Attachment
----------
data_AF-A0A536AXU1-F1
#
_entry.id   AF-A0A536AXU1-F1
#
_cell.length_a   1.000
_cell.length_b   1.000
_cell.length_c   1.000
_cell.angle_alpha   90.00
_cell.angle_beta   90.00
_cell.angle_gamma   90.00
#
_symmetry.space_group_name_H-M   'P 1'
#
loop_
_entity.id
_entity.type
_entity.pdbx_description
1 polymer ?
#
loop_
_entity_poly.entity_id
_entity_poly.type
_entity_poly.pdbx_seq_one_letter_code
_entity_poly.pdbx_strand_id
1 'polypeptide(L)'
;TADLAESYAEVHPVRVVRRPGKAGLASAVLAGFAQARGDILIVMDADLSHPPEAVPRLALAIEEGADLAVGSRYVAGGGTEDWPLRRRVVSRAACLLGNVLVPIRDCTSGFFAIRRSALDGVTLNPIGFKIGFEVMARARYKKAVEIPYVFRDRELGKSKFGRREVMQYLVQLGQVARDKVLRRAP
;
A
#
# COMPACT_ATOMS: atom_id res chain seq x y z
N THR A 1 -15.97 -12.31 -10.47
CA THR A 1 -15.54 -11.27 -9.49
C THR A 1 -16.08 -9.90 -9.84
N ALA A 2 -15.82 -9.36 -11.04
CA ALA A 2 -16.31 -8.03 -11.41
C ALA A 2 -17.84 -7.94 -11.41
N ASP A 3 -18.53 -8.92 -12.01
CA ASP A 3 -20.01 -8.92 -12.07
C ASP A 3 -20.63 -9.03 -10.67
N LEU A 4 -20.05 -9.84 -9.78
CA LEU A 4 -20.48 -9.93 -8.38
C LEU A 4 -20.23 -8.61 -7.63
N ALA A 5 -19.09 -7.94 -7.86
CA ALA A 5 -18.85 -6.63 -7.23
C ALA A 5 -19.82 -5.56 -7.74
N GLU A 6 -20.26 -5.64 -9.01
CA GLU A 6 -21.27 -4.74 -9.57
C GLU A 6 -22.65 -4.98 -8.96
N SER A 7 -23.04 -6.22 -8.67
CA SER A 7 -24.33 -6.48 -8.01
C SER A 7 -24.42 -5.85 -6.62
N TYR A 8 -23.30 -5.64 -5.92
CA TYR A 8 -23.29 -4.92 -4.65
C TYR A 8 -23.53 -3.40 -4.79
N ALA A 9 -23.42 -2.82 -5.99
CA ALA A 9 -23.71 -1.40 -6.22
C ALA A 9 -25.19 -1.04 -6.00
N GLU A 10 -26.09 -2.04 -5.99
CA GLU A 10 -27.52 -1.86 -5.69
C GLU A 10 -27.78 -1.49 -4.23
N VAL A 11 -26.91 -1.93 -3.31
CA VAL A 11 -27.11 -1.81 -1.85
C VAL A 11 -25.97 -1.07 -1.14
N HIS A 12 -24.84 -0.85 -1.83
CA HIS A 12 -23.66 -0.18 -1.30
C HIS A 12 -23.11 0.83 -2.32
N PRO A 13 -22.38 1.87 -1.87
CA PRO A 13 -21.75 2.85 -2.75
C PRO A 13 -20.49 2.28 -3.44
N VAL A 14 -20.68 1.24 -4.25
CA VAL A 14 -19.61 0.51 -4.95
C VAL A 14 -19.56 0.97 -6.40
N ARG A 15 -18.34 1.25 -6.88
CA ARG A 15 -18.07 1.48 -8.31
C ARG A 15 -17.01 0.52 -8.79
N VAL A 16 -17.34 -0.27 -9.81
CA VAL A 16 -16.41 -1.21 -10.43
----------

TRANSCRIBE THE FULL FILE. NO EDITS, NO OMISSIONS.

data_AF-A0A536AXU1-F1
#
_entry.id   AF-A0A536AXU1-F1
#
_cell.length_a   1.000
_cell.length_b   1.000
_cell.length_c   1.000
_cell.angle_alpha   90.00
_cell.angle_beta   90.00
_cell.angle_gamma   90.00
#
_symmetry.space_group_name_H-M   'P 1'
#
loop_
_entity.id
_entity.type
_entity.pdbx_description
1 polymer ?
#
loop_
_entity_poly.entity_id
_entity_poly.type
_entity_poly.pdbx_seq_one_letter_code
_entity_poly.pdbx_strand_id
1 'polypeptide(L)'
;TADLAESYAEVHPVRVVRRPGKAGLASAVLAGFAQARGDILIVMDADLSHPPEAVPRLALAIEEGADLAVGSRYVAGGGTEDWPLRRRVVSRAACLLGNVLVPIRDCTSGFFAIRRSALDGVTLNPIGFKIGFEVMARARYKKAVEIPYVFRDRELGKSKFGRREVMQYLVQLGQVARDKVLRRAP
;
A
#
# COMPACT_ATOMS: atom_id res chain seq x y z
N THR A 1 -15.97 -12.31 -10.47
CA THR A 1 -15.54 -11.27 -9.49
C THR A 1 -16.08 -9.90 -9.84
N ALA A 2 -15.82 -9.36 -11.04
CA ALA A 2 -16.31 -8.03 -11.41
C ALA A 2 -17.84 -7.94 -11.41
N ASP A 3 -18.53 -8.92 -12.01
CA ASP A 3 -20.01 -8.92 -12.07
C ASP A 3 -20.63 -9.03 -10.67
N LEU A 4 -20.05 -9.84 -9.78
CA LEU A 4 -20.48 -9.93 -8.38
C LEU A 4 -20.23 -8.61 -7.63
N ALA A 5 -19.09 -7.94 -7.86
CA ALA A 5 -18.85 -6.63 -7.23
C ALA A 5 -19.82 -5.56 -7.74
N GLU A 6 -20.26 -5.64 -9.01
CA GLU A 6 -21.27 -4.74 -9.57
C GLU A 6 -22.65 -4.98 -8.96
N SER A 7 -23.04 -6.22 -8.67
CA SER A 7 -24.33 -6.48 -8.01
C SER A 7 -24.42 -5.85 -6.62
N TYR A 8 -23.30 -5.64 -5.92
CA TYR A 8 -23.29 -4.92 -4.65
C TYR A 8 -23.53 -3.40 -4.79
N ALA A 9 -23.42 -2.82 -5.99
CA ALA A 9 -23.71 -1.40 -6.22
C ALA A 9 -25.19 -1.04 -6.00
N GLU A 10 -26.09 -2.04 -5.99
CA GLU A 10 -27.52 -1.86 -5.69
C GLU A 10 -27.78 -1.49 -4.23
N VAL A 11 -26.91 -1.93 -3.31
CA VAL A 11 -27.11 -1.81 -1.85
C VAL A 11 -25.97 -1.07 -1.14
N HIS A 12 -24.84 -0.85 -1.83
CA HIS A 12 -23.66 -0.18 -1.30
C HIS A 12 -23.11 0.83 -2.32
N PRO A 13 -22.38 1.87 -1.87
CA PRO A 13 -21.75 2.85 -2.75
C PRO A 13 -20.49 2.28 -3.44
N VAL A 14 -20.68 1.24 -4.25
CA VAL A 14 -19.61 0.51 -4.95
C VAL A 14 -19.56 0.97 -6.40
N ARG A 15 -18.34 1.25 -6.88
CA ARG A 15 -18.07 1.48 -8.31
C ARG A 15 -17.01 0.52 -8.79
N VAL A 16 -17.34 -0.27 -9.81
CA VAL A 16 -16.41 -1.21 -10.43